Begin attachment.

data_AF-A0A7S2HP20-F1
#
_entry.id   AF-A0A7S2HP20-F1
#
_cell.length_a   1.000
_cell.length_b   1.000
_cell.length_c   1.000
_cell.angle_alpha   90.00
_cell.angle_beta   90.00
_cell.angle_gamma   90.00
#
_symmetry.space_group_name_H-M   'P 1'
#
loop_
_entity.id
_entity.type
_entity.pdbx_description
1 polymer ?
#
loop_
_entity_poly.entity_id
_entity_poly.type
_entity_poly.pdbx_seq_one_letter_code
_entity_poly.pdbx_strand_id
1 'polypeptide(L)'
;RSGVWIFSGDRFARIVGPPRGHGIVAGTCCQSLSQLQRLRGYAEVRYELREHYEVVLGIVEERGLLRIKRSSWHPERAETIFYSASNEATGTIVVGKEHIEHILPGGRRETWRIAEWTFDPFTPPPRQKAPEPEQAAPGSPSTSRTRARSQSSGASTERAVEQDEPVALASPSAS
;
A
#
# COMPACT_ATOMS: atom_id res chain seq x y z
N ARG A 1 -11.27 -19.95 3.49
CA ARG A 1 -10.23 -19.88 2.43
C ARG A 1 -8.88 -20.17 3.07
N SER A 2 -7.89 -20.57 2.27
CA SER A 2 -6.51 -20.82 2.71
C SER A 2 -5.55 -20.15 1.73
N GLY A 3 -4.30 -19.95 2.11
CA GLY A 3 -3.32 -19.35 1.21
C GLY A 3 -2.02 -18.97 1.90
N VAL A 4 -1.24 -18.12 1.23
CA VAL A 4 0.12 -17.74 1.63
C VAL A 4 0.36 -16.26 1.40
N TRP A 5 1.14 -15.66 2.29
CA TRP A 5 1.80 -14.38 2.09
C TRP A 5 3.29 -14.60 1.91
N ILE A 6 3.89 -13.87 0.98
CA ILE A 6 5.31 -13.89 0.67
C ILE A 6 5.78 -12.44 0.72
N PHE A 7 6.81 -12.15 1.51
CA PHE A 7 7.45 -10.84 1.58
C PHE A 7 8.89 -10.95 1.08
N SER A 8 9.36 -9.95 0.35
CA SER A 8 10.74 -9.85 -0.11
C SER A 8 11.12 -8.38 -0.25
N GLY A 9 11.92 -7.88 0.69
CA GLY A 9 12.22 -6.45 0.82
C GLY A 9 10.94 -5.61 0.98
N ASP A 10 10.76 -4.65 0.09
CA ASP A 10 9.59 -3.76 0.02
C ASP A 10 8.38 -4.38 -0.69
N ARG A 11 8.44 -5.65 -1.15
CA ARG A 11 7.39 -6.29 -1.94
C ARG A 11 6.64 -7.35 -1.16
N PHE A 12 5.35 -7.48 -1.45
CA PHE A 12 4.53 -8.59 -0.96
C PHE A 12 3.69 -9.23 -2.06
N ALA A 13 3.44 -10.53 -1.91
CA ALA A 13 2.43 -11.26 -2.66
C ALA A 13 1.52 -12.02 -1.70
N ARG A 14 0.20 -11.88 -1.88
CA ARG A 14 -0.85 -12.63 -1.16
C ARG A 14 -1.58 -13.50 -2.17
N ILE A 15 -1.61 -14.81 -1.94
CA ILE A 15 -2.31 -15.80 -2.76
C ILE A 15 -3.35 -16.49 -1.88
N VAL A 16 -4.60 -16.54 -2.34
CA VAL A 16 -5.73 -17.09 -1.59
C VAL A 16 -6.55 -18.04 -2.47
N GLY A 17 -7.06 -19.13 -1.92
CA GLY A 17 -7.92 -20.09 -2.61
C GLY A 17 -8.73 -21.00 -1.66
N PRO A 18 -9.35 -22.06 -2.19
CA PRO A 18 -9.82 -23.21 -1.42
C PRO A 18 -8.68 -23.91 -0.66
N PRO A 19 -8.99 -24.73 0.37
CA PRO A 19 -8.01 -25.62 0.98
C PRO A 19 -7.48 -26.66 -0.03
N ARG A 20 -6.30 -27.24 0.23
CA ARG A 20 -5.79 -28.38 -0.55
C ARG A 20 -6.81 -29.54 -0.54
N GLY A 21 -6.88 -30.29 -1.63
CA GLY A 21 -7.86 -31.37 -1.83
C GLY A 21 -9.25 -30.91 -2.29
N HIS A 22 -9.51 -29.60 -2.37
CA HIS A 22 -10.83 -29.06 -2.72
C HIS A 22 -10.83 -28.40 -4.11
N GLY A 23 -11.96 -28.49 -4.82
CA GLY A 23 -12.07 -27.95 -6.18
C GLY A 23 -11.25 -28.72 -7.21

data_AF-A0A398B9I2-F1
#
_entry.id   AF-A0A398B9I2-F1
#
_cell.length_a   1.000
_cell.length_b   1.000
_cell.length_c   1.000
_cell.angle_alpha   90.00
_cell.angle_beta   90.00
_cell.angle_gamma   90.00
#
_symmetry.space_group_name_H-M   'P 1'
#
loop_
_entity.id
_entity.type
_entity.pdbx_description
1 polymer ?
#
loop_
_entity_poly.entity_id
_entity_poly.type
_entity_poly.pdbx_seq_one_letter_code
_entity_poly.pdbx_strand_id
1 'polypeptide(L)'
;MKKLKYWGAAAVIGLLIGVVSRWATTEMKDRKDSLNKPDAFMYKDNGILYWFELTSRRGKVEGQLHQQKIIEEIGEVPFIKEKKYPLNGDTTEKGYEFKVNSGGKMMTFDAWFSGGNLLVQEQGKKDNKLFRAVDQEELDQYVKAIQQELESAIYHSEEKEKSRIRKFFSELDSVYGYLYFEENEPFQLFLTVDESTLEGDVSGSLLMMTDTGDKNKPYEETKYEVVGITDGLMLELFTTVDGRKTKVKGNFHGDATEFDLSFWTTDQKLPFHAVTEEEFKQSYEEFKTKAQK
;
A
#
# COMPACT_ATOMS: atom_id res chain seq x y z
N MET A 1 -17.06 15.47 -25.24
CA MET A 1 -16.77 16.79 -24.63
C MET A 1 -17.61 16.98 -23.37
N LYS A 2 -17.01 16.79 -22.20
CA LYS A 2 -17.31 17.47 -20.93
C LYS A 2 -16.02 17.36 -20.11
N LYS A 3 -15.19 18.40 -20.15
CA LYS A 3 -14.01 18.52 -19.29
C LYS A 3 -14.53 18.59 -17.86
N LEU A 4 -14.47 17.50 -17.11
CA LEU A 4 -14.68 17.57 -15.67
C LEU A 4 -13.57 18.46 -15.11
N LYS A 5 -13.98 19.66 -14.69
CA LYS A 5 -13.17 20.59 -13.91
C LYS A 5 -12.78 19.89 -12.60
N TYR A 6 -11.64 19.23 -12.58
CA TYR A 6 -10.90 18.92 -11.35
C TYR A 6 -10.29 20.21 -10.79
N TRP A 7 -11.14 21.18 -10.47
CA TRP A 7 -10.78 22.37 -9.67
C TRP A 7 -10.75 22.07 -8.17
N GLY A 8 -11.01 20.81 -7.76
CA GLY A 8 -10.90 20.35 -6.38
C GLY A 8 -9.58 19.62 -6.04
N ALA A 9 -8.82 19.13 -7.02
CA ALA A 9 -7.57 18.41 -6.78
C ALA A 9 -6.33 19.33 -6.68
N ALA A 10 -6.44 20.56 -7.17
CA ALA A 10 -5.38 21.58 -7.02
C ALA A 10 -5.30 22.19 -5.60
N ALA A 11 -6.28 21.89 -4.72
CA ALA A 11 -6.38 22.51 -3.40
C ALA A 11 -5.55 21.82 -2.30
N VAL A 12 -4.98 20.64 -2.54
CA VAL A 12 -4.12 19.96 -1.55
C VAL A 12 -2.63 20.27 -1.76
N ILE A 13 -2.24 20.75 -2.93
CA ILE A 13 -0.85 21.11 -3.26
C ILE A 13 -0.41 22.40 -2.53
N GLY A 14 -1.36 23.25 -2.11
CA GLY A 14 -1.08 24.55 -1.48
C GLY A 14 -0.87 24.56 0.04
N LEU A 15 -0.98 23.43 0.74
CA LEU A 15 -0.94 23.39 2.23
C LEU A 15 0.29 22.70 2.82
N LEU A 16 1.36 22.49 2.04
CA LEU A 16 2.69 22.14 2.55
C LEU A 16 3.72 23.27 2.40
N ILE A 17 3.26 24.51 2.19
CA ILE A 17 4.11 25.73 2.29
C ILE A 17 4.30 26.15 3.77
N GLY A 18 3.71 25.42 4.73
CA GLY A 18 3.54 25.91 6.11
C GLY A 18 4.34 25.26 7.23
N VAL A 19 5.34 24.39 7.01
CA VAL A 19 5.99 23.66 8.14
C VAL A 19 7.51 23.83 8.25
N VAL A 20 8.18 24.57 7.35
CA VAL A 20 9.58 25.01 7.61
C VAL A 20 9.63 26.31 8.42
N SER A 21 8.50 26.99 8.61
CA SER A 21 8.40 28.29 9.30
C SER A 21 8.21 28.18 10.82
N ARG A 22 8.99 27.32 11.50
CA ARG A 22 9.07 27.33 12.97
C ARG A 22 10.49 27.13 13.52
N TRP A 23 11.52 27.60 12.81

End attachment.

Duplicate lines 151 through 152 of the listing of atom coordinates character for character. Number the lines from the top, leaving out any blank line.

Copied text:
N GLY A 8 -11.01 20.81 -7.76
CA GLY A 8 -10.90 20.35 -6.38